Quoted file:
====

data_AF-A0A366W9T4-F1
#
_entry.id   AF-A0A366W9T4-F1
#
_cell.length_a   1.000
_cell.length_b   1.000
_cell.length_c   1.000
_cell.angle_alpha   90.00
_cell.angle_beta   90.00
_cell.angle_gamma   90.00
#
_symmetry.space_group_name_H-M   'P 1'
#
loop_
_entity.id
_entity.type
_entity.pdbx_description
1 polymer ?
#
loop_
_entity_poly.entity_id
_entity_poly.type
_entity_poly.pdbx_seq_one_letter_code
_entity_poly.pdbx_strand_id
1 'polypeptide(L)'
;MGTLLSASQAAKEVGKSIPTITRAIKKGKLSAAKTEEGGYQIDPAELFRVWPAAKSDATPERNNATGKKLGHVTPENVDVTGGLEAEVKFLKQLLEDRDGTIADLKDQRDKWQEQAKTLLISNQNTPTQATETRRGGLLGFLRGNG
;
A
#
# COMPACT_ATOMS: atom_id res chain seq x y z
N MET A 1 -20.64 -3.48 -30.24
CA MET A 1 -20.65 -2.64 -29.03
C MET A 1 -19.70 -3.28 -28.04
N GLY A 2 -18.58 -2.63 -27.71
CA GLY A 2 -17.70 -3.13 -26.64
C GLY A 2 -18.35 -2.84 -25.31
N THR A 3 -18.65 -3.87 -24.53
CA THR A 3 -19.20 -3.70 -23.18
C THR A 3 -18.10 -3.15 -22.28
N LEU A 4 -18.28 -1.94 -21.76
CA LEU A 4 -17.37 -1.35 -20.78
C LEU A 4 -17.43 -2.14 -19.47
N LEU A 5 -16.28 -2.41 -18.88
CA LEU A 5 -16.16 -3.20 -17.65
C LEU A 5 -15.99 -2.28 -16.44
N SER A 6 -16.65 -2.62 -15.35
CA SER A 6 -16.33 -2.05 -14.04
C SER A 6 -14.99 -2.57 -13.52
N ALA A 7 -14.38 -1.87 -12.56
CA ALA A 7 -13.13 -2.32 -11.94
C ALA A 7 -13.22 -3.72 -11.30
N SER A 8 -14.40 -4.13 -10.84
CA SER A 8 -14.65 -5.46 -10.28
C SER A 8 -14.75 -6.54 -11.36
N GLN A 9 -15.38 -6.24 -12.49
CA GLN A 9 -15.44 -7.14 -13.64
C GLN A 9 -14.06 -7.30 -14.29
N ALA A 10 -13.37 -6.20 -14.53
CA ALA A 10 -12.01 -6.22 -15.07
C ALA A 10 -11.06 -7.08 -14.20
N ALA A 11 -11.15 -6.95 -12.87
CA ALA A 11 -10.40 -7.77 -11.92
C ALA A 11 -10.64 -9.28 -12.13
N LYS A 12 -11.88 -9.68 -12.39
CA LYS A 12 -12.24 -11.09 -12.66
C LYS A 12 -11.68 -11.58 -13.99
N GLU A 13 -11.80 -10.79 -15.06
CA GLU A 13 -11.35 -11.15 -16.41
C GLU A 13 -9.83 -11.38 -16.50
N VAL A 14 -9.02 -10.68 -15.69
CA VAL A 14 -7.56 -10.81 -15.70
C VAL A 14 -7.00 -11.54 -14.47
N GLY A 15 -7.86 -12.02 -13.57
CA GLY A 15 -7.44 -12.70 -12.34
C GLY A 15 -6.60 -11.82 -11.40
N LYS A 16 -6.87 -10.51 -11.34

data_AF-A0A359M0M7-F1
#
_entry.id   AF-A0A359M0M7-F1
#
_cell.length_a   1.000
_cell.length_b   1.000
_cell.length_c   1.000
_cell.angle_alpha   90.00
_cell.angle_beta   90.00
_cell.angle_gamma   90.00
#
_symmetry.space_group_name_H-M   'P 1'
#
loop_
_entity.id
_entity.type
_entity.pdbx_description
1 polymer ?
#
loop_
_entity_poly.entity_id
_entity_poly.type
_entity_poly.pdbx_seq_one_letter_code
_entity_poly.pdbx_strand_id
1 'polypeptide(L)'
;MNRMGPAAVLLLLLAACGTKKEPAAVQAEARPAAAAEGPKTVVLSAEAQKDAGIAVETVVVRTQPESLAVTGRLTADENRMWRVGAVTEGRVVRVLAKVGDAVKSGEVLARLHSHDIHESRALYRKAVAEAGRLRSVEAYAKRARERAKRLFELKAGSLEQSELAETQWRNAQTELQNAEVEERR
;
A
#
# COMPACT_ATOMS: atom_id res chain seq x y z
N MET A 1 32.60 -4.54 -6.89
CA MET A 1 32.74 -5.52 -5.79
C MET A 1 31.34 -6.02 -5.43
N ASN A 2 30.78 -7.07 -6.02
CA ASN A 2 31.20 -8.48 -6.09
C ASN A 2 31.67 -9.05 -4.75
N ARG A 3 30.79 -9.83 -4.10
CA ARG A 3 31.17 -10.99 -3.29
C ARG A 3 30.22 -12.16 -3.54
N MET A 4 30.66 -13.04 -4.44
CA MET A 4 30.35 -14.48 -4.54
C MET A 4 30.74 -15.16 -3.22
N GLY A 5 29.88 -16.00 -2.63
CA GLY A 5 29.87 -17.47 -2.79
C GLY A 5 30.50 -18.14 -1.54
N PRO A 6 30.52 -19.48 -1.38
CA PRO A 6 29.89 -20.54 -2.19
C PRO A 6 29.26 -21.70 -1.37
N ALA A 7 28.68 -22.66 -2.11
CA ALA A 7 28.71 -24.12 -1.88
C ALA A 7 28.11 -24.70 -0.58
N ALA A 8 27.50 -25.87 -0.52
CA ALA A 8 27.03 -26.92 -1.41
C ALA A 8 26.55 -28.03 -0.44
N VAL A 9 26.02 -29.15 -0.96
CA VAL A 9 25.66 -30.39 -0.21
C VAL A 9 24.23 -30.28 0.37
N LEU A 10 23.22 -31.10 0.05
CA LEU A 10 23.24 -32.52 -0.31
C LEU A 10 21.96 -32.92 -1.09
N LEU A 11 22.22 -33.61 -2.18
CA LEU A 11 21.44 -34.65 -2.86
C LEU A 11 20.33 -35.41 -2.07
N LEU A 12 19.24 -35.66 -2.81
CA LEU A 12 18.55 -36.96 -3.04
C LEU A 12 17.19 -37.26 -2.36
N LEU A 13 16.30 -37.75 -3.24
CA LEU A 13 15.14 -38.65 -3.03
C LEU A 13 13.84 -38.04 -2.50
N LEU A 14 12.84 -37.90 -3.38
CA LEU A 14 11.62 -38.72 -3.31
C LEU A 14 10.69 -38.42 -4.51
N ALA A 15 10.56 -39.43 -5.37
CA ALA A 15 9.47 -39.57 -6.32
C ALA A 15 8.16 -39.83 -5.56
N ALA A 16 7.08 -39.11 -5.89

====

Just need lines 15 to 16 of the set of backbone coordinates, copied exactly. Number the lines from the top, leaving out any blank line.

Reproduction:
_entity.id
_entity.type